WHAT WE'RE READING THIS WEEK (7TH MARCH) AND WHAT WE THINK OF IT SO FAR

Post the title, author and cover of your current read, your thoughts so far, and, if you're feeling brave, a mark out of 10. Relist, tag your ListApp reader friends, and we'll do it again next week!
  1. One True Loves, by Taylor Jenkins Reid
    I loved, loved, loved Taylor Jenkins Reid's debut, "Forever, Interrupted" back in 2013. This is her latest and oh my goodness it's so good. I am tearing through it. Once upon a time, Emma's husband Jesse died in a helicopter crash. She slowly rebuilt her life and is engaged to a great guy called Sam when Jesse comes back into her life. Can new love trump first love? I'm gonna be finding out soon and I'm enjoying the process.
  2. The Broken Kingdoms, N.K. Jemisin
    SO COOL. Jemisin blends mythologies from Hindu, Christian, Grecian, and other traditions to paint a vivid conflict that feels timeless and fresh all at once. This is the second book in the trilogy.
    Suggested by   @srsharms
  3. The Mare by Mary Gaitskill
    So far this book is really promising! I'm only 25 pages in but there are already horses 🐎 (I couldn't remember when I picked it up whether it was one of those novels with a figurative title). But the promising part is just that it's intriguing so far.
    Suggested by   @macnchz
  4. Such a thought provoking look on the construct of race in America.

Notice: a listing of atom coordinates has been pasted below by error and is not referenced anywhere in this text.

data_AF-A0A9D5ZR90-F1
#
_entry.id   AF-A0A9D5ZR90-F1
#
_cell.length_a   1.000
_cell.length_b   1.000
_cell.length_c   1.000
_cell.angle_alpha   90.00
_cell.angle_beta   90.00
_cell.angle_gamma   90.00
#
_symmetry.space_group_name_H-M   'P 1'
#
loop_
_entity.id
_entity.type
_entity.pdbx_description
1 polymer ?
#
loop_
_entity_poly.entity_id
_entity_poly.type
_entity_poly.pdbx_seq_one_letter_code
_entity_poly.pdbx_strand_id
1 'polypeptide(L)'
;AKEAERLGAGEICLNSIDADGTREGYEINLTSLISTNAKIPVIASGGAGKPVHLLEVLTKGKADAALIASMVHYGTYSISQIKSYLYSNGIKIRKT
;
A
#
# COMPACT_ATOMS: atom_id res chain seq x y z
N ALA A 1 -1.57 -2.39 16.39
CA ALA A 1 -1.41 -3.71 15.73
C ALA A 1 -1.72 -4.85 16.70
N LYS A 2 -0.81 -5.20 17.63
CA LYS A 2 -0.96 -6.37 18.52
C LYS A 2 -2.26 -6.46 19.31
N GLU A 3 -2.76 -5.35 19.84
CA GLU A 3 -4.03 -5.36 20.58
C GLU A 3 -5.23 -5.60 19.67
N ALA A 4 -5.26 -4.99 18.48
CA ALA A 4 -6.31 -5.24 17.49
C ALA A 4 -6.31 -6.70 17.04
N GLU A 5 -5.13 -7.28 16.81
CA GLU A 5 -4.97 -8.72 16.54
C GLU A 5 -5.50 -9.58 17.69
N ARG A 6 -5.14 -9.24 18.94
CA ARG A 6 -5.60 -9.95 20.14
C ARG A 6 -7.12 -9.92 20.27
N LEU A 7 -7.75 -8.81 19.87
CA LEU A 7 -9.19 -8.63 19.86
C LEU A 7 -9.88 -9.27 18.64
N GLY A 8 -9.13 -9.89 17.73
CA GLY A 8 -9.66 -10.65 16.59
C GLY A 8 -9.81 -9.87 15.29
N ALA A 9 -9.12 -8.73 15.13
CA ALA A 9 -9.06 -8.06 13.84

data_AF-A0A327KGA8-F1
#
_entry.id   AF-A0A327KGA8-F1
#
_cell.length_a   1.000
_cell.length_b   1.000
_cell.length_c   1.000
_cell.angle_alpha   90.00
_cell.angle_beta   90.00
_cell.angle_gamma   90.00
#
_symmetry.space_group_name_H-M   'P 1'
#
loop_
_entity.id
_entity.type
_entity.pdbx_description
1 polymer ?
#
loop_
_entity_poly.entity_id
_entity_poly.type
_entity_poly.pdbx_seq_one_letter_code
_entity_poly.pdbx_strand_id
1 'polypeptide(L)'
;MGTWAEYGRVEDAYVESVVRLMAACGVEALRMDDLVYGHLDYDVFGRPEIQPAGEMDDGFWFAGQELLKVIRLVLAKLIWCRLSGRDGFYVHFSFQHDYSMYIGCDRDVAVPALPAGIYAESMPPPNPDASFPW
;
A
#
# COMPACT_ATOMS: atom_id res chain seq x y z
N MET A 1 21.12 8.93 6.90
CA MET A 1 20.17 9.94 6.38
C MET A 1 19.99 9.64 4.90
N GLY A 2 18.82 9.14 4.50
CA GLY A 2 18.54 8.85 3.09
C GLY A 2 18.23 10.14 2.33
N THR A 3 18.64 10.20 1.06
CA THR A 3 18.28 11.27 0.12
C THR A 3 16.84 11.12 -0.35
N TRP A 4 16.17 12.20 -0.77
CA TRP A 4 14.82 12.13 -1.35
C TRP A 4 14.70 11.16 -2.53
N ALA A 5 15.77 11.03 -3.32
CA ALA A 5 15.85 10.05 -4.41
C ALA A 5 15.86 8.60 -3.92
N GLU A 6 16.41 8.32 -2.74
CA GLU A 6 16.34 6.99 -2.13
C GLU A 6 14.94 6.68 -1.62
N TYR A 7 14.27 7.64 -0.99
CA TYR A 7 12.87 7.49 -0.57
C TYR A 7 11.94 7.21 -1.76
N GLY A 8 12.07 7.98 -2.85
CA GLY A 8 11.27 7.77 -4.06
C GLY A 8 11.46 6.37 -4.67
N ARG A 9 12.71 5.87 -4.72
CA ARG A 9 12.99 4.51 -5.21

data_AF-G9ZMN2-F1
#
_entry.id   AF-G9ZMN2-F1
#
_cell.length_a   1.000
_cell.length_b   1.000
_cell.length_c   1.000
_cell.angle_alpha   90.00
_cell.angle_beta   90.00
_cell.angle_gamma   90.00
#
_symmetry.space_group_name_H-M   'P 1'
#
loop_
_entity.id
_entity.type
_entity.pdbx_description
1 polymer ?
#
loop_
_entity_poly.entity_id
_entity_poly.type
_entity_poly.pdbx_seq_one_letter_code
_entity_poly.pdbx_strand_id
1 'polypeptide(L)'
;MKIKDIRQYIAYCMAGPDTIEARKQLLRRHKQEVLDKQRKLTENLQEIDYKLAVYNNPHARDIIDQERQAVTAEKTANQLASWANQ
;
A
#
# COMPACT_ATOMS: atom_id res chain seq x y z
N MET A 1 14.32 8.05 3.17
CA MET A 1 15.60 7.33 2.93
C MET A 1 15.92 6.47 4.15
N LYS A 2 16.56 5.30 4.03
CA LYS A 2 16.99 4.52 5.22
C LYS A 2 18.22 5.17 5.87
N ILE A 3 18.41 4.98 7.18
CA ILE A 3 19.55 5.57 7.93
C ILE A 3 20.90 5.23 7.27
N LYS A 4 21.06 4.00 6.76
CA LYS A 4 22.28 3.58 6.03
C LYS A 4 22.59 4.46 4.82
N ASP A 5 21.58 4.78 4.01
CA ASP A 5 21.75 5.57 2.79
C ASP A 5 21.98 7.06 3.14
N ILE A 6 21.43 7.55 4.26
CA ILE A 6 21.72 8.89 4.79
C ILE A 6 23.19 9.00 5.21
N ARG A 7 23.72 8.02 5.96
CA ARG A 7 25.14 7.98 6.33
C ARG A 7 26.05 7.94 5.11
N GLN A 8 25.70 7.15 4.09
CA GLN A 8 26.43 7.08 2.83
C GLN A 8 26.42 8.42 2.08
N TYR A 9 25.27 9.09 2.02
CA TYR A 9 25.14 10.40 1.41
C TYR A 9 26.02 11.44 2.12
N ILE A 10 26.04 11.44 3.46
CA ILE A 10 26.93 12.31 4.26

Suggested by   @ashleyapproved
  5. Soldiers Pay by William Faulkner
    Published in 1925, it is a look at the country to which American soldiers returned post-WW1, focusing on a severely wounded veteran and his fiancée's family. It's full of drama and sadness, and the treatment of women and POC that was unfortunately so prevalent in the culture of that time. I'm about halfway through, and I'll tentatively give it a 6/10.
    Suggested by   @booksforyears
  6. Lafayette in the Somewhat United States by Sarah Vowell
    Sarah never disappoints and she's back with another funny and irreverent look at American history. Early days but I will give it high marks. 9/10
    Suggested by   @andersun
  7. Fahrenheit 451 by Ray Bradbury
    The first time I read this book was probably late-middle or early-high school. I figured it would be a good one to revisit as an adult!
    Suggested by   @KikiHines
  8. All the Light We Cannot See by Anthony Doerr
    Late to the game. I was loving it, but my love is waning a bit. 7/10
    Suggested by   @marcikm
  9. Library of Souls, 3rd in the Miss Peregrine series . Very excited to find out what happens to the group. 8/10. The Woman in White: not sure where the story is going yet, but it seems like it could be creepy. 7/10
    Suggested by   @jess3842